A summer garden makes for a gorgeous and practical addition to any home. Whether you’re planting colorful flowers, homegrown produce, or a combination of the two, there’s something inherently satisfying about tending a garden.
But it takes a lot of work to keep a summer garden thriving. Harsh temperatures, a lack of rain, and destructive insects can seriously stress your plants out and prevent them from thriving.
Healthy Summer Garden Strategies
While it will take some work, there are steps you can take to ensure that you’ve given your garden a great chance at staying healthy and thirving all summer long. These are our top 5 tips for a healthy summer garden.
1. Take the time to mulch.
You should invest in enough mulch so that you’ll have enough for a layer about 2 inches deep covering the soil. It’s always best to take the time to remove the old mulch before putting down the new material. Mulch provides your garden with quite a few benefits. By keeping the soil out of direct sunlight, the soil has a better chance of retaining moisture – so your plant’s roots will be cooler and happier in the summer heat. No one kind of mulch is better than another. Shredded wood remains the most popular option, but you’ll get the same benefits from grass clippings, shredded leaves, or other organic matter
2. Weed regularly.
Weeds are one of a gardener’s worst enemies. They steal water and nutrients from the plants, making it difficult for a garden to thrive. It’s crucial to weed regularly – weeds are much easier to remove when they’re small, and they tend to grow and spread at a rapid pace. A single dandelion can spawn about 2,000 seeds a year, so it’s always best to get rid of the pesky plants before they have a chance to reproduce.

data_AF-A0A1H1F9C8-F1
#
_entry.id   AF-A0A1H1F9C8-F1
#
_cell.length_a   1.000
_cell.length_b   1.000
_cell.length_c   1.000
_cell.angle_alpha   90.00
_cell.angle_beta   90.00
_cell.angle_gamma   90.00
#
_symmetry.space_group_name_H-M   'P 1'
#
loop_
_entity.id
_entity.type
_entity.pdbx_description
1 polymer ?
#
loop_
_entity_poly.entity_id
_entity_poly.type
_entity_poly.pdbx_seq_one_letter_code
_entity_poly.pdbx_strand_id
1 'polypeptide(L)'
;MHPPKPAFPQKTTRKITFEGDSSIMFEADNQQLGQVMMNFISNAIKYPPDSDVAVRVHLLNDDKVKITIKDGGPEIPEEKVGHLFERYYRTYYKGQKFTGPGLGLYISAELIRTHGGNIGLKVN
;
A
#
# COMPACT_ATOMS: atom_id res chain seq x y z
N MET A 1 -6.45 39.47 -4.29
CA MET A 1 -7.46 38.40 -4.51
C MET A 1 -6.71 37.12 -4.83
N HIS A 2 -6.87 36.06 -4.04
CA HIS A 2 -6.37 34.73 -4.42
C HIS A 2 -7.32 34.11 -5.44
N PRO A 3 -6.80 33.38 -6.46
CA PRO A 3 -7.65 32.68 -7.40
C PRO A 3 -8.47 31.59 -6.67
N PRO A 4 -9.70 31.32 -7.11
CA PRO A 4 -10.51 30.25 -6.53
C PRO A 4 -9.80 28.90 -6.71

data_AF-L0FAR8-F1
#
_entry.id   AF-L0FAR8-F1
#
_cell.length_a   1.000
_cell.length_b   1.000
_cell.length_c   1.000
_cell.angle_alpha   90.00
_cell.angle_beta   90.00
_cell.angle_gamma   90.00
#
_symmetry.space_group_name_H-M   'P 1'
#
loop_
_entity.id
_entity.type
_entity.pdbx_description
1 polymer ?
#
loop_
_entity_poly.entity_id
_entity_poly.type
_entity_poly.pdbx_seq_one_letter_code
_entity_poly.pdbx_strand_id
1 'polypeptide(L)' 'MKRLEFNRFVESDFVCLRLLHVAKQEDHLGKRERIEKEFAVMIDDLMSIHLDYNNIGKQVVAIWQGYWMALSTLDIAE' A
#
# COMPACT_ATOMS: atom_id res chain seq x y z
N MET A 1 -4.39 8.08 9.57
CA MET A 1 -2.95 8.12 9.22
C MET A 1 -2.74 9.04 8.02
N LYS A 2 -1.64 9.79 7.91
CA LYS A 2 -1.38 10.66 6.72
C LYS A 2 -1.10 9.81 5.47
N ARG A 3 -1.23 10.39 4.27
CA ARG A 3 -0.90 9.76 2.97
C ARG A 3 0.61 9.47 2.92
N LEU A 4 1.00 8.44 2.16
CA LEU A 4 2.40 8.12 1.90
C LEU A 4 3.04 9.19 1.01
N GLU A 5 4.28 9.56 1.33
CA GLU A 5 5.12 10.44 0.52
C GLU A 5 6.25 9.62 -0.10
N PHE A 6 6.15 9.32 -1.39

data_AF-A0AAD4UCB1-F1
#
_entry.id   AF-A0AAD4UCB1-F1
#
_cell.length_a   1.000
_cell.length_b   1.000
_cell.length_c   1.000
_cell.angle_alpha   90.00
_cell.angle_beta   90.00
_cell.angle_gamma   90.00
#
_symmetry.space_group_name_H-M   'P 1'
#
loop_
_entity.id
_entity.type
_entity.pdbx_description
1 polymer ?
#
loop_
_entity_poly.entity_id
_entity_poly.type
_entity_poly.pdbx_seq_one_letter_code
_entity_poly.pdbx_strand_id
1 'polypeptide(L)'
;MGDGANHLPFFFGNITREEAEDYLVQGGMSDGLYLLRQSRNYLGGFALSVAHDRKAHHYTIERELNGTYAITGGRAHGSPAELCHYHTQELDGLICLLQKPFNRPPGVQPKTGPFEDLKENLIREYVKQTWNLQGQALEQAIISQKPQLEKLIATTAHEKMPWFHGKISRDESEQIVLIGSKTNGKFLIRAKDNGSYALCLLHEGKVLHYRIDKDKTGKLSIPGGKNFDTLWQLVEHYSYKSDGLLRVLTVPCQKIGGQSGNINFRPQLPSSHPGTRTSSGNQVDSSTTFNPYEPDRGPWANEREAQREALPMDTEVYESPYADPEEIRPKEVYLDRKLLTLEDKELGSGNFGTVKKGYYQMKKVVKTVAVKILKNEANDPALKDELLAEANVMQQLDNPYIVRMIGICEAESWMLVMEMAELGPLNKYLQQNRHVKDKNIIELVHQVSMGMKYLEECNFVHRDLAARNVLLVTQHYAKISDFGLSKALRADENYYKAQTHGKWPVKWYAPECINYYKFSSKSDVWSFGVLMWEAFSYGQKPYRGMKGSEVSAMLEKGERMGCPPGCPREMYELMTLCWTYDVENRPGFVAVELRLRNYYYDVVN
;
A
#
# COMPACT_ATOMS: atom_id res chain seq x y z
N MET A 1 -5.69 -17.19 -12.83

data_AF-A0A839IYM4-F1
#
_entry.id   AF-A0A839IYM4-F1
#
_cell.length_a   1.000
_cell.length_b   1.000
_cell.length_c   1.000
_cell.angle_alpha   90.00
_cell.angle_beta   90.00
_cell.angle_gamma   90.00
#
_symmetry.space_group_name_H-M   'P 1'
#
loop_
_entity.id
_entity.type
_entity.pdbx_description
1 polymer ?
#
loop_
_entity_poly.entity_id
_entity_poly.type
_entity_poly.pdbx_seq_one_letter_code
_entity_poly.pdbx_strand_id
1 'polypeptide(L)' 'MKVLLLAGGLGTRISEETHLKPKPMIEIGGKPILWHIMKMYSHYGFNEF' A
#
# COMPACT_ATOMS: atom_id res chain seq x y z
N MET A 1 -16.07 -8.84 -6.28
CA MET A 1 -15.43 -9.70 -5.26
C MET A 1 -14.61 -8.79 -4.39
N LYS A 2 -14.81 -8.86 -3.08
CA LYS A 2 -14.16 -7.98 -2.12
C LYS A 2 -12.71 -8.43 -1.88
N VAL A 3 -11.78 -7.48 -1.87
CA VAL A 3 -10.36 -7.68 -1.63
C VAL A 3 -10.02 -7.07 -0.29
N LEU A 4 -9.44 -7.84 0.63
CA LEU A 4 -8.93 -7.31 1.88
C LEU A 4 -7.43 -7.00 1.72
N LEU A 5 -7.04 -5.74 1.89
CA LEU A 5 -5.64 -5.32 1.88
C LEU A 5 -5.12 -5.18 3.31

3. Do routine pest control.
Summer garden pests are just about as terrible as weeds. And like weeds, they need to be taken care of on a regular basis. Just because your garden is pest free one week doesn’t mean it will stay that way for long. If you want to keep your garden organic, neem oil works wonders as a natural pesticide. Click here to learn how to apply neem oil to your plants, and to explore some other organic pest-deterrents.
So educate yourself on common garden pests in your area. Some that you should be on the lookout for include:
- Black spot
- Japanese beetles
- Tomato hornworms
4. Be vigilant with watering.
Some regions may get enough rain during summer to sustain a healthy garden, but at some point, you’ll likely need to provide your plants with some additional water to keep them from drying out. You’ll want to make sure your garden is getting about an inch of water a week. It’s best to use a soaker hose or spray the water directly on the soil – too much water on the foliage can lead to diseased plants. It’s generally best to water in the morning, before the hottest part of the day, but after the sun has come up. And if you’ve had a lot of rain over the course of the week, skip the watering. Too much water can be just as bad for plants as too little.
5. Don’t forget to prune.
Pruning dead or diseased portions of plants is crucial to overall garden health. These unhealthy parts of the plant are robbing nutrients from the rest of the plant. Taking the time to prune away anything that’s damaged or dead will encourage healthy growth and can help to prevent the spread of disease.
Keeping a summer garden healthy takes work, but it’s well worth the effort when you see the beautiful results all season long. With these tips from Prime Home Inspections, you can grow a thriving garden that produces vegetables for your family and friends.
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